2005 Salt Lake City Annual Meeting (October 16–19, 2005)

Paper No. 7
Presentation Time: 10:30 AM


KELLEY, Patricia H., Department of Earth Sciences, Univ of North Carolina at Wilmington, Wilmington, NC 28403, kelleyp@uncw.edu

Because creationism in any of its guises is a religious (rather than scientific) concept, modern Biblical scholarship represents a valuable resource for teachers of evolution. Such scholarship reveals problems with the literalist approach to the Hebrew scriptures that forms the basis for young-earth creationism.

Knowledge of how the Hebrew texts were written, assembled, modified and canonized demonstrates problems with Biblical literalism. The oldest consistent texts date from the first century AD, long after their authorship; the original Hebrew texts had no vowels or punctuation (vowels were added in the 9th and 10th century AD). Because of such problems with the Hebrew texts, no translation can be completely literal; all translations must involve interpretation.

Modern Biblical scholarship indicates that interpreting the Genesis texts as historical or scientific documents, as done by biblical literalists, is inappropriate. Genesis contains two different creation accounts; Genesis 1 dates from the Babylonian exile (6th century BC) whereas the Genesis 2 story dates from the reign of King Solomon (10th century BC). These accounts differ in such aspects as language, emphasis, and mode and sequence of creation. In addition, the Bible includes several other widely differing creation accounts (e.g., Proverbs 8, Psalm 74, Job 26). Inclusion of such varying accounts in the Old Testament indicates that the writers did not intend them as historical, scientific narratives.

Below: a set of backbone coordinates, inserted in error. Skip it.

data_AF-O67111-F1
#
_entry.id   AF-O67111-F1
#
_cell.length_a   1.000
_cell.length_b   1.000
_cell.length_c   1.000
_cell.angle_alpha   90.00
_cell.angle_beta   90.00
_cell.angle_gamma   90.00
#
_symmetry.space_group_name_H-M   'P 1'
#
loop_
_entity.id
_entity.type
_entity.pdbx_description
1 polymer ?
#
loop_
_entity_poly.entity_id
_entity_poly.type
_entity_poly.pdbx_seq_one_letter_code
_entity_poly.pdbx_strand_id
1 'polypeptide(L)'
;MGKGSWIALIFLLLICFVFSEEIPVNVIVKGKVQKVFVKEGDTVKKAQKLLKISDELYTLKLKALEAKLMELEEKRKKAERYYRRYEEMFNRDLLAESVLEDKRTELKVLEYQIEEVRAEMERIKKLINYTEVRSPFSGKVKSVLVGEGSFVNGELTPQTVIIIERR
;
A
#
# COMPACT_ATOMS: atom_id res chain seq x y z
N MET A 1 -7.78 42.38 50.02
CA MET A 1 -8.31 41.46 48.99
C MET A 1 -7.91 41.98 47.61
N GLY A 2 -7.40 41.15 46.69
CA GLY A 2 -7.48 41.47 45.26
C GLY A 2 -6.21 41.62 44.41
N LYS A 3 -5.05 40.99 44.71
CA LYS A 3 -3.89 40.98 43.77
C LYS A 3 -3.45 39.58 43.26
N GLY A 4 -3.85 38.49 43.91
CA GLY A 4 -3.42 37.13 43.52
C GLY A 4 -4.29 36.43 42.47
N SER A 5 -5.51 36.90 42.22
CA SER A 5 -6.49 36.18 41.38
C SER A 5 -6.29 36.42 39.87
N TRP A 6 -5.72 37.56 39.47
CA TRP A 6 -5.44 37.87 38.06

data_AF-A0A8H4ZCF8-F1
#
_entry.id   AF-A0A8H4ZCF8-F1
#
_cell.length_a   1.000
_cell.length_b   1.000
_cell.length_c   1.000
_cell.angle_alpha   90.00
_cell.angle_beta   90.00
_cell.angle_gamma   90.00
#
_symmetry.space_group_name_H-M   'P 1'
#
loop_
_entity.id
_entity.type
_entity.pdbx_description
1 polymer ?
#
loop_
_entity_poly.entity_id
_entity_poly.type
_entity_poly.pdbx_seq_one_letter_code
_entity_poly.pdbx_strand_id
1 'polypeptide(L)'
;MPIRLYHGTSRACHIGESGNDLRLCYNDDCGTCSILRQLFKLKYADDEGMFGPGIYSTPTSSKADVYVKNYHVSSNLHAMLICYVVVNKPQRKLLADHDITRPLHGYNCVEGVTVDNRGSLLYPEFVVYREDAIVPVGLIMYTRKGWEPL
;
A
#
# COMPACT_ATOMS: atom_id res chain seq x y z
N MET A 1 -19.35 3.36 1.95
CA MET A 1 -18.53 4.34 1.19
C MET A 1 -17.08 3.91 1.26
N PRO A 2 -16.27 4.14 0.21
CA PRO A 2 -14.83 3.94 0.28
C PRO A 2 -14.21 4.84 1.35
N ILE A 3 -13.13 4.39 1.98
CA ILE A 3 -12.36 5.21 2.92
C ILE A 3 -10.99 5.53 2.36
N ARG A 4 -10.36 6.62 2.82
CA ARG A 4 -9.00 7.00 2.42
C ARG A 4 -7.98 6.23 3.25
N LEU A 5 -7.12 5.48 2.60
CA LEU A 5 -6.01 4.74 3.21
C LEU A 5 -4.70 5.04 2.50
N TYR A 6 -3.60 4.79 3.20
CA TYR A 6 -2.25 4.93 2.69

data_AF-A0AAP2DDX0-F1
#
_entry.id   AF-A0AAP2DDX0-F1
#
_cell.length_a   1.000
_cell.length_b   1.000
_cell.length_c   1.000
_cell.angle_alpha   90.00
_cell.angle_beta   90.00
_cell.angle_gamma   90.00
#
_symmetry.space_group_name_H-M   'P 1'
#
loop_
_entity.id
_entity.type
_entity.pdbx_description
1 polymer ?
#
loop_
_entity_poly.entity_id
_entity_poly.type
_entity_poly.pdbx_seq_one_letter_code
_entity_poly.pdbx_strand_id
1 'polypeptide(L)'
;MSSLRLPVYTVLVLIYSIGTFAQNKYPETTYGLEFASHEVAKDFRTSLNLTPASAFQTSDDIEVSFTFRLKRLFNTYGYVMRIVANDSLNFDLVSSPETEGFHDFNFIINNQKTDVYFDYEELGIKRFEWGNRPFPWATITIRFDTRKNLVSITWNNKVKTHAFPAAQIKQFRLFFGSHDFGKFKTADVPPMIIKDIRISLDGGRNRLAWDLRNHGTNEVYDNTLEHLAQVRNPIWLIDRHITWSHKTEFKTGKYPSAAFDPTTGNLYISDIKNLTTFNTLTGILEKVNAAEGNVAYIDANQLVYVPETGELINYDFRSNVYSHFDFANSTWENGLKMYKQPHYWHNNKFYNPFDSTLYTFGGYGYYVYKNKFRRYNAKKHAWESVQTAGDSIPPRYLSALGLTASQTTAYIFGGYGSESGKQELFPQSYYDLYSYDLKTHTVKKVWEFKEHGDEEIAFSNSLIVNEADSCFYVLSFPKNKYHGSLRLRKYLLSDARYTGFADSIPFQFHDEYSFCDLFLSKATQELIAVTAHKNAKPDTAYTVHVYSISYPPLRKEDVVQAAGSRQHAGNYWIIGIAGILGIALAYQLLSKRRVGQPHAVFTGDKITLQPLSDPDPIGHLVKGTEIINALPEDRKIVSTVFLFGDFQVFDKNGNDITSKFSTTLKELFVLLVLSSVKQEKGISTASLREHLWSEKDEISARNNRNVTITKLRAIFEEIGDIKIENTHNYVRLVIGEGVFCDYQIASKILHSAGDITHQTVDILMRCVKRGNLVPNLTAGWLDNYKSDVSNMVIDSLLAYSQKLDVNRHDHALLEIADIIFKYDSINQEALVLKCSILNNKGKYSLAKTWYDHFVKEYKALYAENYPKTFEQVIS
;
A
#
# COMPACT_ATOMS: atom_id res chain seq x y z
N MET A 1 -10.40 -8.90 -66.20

Objections of students, parents, and the public to teaching evolution often stem from the misperception that evolution contradicts the Biblical account of creation. Modern Biblical scholarship dispels this view by demonstrating that the creation narratives were not intended as historical. Teachers who understand these results of Biblical scholarship can better address challenges to evolution based on Biblical literalism. Depending on the course being taught (e.g., science or humanities), such material may be presented directly in class or used in discussion or question and answer sessions or in conversations with individual students. Clergy from mainline religious denominations that accept the results of modern Biblical scholarship represent an outstanding resource to teachers unfamiliar with the development of the Biblical literature.